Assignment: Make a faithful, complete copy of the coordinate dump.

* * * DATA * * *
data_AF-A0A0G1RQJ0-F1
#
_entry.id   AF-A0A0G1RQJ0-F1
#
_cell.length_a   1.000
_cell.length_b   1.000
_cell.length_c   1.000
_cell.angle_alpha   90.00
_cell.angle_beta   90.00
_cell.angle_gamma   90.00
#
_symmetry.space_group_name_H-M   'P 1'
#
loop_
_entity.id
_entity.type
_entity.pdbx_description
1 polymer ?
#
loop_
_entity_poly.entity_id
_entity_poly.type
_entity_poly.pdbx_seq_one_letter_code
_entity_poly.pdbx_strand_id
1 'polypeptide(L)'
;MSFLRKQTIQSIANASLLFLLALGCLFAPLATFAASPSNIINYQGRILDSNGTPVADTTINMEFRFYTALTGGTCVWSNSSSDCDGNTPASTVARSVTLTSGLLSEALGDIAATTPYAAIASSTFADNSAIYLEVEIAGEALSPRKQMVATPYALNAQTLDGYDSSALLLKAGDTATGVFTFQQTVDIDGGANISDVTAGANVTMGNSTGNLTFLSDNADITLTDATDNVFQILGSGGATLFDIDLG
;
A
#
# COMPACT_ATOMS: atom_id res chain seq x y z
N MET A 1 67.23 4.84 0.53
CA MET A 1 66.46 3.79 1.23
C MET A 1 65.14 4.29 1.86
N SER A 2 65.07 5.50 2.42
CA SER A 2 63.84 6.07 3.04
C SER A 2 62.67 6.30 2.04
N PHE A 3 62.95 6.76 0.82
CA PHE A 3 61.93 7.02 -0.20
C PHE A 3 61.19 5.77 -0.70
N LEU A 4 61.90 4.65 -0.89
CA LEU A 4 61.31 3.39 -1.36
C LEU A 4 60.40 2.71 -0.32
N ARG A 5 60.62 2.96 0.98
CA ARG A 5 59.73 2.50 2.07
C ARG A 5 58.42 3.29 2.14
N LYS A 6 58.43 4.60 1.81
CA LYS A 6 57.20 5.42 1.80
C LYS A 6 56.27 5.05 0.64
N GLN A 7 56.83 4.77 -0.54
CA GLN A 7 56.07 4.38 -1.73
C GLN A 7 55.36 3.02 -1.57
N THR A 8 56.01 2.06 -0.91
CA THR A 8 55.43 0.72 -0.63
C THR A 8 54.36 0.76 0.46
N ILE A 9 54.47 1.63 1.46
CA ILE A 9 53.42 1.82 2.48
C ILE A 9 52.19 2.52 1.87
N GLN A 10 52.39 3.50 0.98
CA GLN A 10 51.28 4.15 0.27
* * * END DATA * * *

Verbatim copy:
data_AF-A0A0G1RQJ0-F1
#
_entry.id   AF-A0A0G1RQJ0-F1
#
_cell.length_a   1.000
_cell.length_b   1.000
_cell.length_c   1.000
_cell.angle_alpha   90.00
_cell.angle_beta   90.00
_cell.angle_gamma   90.00
#
_symmetry.space_group_name_H-M   'P 1'
#
loop_
_entity.id
_entity.type
_entity.pdbx_description
1 polymer ?
#
loop_
_entity_poly.entity_id
_entity_poly.type
_entity_poly.pdbx_seq_one_letter_code
_entity_poly.pdbx_strand_id
1 'polypeptide(L)'
;MSFLRKQTIQSIANASLLFLLALGCLFAPLATFAASPSNIINYQGRILDSNGTPVADTTINMEFRFYTALTGGTCVWSNSSSDCDGNTPASTVARSVTLTSGLLSEALGDIAATTPYAAIASSTFADNSAIYLEVEIAGEALSPRKQMVATPYALNAQTLDGYDSSALLLKAGDTATGVFTFQQTVDIDGGANISDVTAGANVTMGNSTGNLTFLSDNADITLTDATDNVFQILGSGGATLFDIDLG
;
A
#
# COMPACT_ATOMS: atom_id res chain seq x y z
N MET A 1 67.23 4.84 0.53
CA MET A 1 66.46 3.79 1.23
C MET A 1 65.14 4.29 1.86
N SER A 2 65.07 5.50 2.42
CA SER A 2 63.84 6.07 3.04
C SER A 2 62.67 6.30 2.04
N PHE A 3 62.95 6.76 0.82
CA PHE A 3 61.93 7.02 -0.20
C PHE A 3 61.19 5.77 -0.70
N LEU A 4 61.90 4.65 -0.89
CA LEU A 4 61.31 3.39 -1.36
C LEU A 4 60.40 2.71 -0.32
N ARG A 5 60.62 2.96 0.98
CA ARG A 5 59.73 2.50 2.07
C ARG A 5 58.42 3.29 2.14
N LYS A 6 58.43 4.60 1.81
CA LYS A 6 57.20 5.42 1.80
C LYS A 6 56.27 5.05 0.64
N GLN A 7 56.83 4.77 -0.54
CA GLN A 7 56.07 4.38 -1.73
C GLN A 7 55.36 3.02 -1.57
N THR A 8 56.01 2.06 -0.91
CA THR A 8 55.43 0.72 -0.63
C THR A 8 54.36 0.76 0.46
N ILE A 9 54.47 1.63 1.46
CA ILE A 9 53.42 1.82 2.48
C ILE A 9 52.19 2.52 1.87
N GLN A 10 52.39 3.50 0.98
CA GLN A 10 51.28 4.15 0.27